religious expressions of transhumanism
By Carl Teichrib
Transhumanism, the intellectual movement claiming we can direct human evolution through science and technology, has a religious quality to it. Moreover, new religious associations have arisen in response. This article, excerpted from my book, Game of Gods, explores the techno-beliefs that dot the transhuman landscape.
“From politics to transhumanism to the interfaith movement, Western culture is quickly turning away from a biblical worldview and embracing a false gospel of Oneness. Teichrib skillfully explains the roots of this shift and how the transforming gospel of Jesus Christ is still the only hope for a world enraptured with paganism. Game of Gods is exactly the resource the church needs for such a time as this. Read it!“
– Janet Mefferd, host of Janet Mefferd Today.
Modern transhumanism has resurrected a marginalized philosophical religion, birthed a “trans-religion,” and energized a subset of the Mormon faith.
For transhumanists in Russia, the ideas of Nikolai Fedorov and Cosmism have been renewed. Fedorov, who died in 1903, was a quiet librarian who advocated a synthesized philosophy constructed from Russian Orthodoxy and technical progress. Looking upon the resurrection of Jesus Christ as an example to follow, Fedorov held that God intended humanity to engage in self-resurrection.
In other words, if Jesus could rise from the dead, then Mankind must find a technical way to likewise achieve this eminent goal. Given enough time, everyone from the past, present and future would be raised to immortality through the spiritual application of technology.
David F. Noble merges his commentary with Fedorov’s thoughts,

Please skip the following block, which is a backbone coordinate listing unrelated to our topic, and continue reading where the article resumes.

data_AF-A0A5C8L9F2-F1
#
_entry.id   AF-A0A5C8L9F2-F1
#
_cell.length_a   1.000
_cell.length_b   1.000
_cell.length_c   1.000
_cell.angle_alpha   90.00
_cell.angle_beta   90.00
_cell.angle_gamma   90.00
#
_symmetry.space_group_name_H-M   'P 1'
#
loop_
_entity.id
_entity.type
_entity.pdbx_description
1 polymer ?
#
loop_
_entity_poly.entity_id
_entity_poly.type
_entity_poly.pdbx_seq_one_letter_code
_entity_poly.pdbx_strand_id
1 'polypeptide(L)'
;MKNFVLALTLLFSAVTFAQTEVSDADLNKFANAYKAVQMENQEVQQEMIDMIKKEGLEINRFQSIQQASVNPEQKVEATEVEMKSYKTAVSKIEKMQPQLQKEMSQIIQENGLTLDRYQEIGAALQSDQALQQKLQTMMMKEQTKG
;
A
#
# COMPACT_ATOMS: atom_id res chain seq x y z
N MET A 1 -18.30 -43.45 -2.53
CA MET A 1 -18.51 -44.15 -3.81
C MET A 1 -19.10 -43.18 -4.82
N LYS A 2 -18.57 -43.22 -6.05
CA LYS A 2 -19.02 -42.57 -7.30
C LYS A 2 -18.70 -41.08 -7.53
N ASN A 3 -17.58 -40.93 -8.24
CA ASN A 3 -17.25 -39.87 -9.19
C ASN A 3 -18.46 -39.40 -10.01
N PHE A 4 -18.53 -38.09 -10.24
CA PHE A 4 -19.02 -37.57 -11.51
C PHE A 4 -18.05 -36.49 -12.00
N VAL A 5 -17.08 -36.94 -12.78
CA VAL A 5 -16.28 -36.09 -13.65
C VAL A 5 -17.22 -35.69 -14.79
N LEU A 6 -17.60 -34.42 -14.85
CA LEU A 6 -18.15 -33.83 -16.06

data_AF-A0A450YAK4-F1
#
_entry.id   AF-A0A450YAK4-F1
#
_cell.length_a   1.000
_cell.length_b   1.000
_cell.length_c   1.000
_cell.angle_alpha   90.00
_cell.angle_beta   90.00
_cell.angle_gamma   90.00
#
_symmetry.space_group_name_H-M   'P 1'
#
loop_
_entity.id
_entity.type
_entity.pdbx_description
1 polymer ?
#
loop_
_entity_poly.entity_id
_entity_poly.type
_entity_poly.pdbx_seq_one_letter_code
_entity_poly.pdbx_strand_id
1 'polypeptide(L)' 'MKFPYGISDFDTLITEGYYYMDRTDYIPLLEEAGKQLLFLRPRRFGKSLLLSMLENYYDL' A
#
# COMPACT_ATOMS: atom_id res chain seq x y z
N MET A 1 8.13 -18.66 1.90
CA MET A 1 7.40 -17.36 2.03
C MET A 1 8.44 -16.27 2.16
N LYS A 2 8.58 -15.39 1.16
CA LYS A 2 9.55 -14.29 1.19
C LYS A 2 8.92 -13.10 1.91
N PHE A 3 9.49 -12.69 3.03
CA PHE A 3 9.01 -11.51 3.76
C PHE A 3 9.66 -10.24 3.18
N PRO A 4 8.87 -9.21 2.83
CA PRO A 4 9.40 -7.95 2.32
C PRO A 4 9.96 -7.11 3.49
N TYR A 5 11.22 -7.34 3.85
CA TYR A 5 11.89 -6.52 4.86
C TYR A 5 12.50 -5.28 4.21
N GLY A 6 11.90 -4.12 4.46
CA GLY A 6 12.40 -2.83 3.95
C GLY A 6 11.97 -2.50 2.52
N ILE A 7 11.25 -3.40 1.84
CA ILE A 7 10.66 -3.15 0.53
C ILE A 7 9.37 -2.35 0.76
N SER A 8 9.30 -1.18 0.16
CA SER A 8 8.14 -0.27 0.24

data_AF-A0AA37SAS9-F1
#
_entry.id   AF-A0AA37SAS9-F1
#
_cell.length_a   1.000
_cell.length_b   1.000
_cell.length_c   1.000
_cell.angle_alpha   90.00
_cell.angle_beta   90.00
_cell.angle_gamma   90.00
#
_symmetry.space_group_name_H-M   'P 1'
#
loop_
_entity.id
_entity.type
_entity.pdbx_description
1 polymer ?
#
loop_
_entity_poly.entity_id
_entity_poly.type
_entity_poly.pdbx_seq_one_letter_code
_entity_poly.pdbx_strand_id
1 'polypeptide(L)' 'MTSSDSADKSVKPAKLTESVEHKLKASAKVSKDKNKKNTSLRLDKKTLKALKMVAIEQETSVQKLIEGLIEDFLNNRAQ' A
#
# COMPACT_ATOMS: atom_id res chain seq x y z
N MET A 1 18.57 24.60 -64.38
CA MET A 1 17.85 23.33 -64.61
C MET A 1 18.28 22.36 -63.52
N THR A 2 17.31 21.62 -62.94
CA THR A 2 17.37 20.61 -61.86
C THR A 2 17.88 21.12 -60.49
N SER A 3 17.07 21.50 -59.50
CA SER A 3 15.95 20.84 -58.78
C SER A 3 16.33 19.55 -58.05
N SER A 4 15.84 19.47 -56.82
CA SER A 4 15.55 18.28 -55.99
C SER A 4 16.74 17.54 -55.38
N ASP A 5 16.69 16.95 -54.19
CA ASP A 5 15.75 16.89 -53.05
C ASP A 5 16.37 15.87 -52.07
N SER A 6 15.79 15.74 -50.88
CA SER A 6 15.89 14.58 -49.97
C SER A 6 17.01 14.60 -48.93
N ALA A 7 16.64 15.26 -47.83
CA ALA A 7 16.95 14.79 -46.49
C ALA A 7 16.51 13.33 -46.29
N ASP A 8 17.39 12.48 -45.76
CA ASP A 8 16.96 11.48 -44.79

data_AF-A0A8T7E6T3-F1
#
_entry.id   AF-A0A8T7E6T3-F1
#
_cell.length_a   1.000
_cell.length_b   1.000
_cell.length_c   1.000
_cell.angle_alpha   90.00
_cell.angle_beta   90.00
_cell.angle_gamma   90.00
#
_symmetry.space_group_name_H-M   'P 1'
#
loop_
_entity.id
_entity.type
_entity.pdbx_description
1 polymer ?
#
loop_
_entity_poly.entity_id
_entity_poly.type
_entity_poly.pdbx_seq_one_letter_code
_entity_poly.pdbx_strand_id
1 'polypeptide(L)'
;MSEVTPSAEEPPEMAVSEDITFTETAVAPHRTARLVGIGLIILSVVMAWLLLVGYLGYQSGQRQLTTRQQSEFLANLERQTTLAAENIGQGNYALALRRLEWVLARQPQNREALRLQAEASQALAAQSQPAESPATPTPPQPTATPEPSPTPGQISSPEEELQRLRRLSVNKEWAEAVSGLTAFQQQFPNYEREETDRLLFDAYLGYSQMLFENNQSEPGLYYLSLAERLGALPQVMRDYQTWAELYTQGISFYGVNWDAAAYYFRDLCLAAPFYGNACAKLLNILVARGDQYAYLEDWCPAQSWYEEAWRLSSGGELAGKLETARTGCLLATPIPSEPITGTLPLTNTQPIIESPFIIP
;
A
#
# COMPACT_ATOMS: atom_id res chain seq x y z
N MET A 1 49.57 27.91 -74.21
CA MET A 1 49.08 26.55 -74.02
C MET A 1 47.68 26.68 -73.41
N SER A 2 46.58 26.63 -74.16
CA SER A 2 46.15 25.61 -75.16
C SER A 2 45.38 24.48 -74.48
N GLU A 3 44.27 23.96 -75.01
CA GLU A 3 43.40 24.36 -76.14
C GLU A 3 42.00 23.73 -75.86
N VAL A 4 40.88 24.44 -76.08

“Federov combined the ideals of Russian Orthodoxy, the Russian aristocracy, and the Russian peasant commune into a doctrine of what he called ‘the Common Task,’ the unification of all humanity and the ‘removal of all the obstacles that prevented the evolution of man’s humanity toward its last stage, the stage of self-creation, immortality, and God-likeness’… This transformation, which entailed the reconstitution of the bodies of past humans, demanded mankind’s complete mastery and control over the universe, including space.”
Early Russian Cosmists also incorporated Theosophical and occult ideas, Perennial philosophy and Gnostic approaches, self-organizing complexity and chaos theory, Russian cultural sentiments, and mystical science – “higher magic partnered to higher mathematics.”
While Fedorov discouraged some of the esoteric teachings of his contemporary futurists, the Cosmist worldview opened wide the doors of philosophical imagination. Cosmism also fit within the Russian tendency for totalitarian solutions. In his book, The Russian Cosmists, George M. Young explained that it placed the “good of the whole community above the freedom of the individual to go his or her own independent way.”
Konstantin Tsiolkovsky – a friend and protégé of Fedorov – believed all matter consists of life, which flows from lower states to ever-higher orders of being. His thought was that as we climb the ladder of material existence, expanding into the universe and reaching the pinnacle of material development, we will finally break free of our physical bodies and move into an era of Gnostic-like spiritual perfection.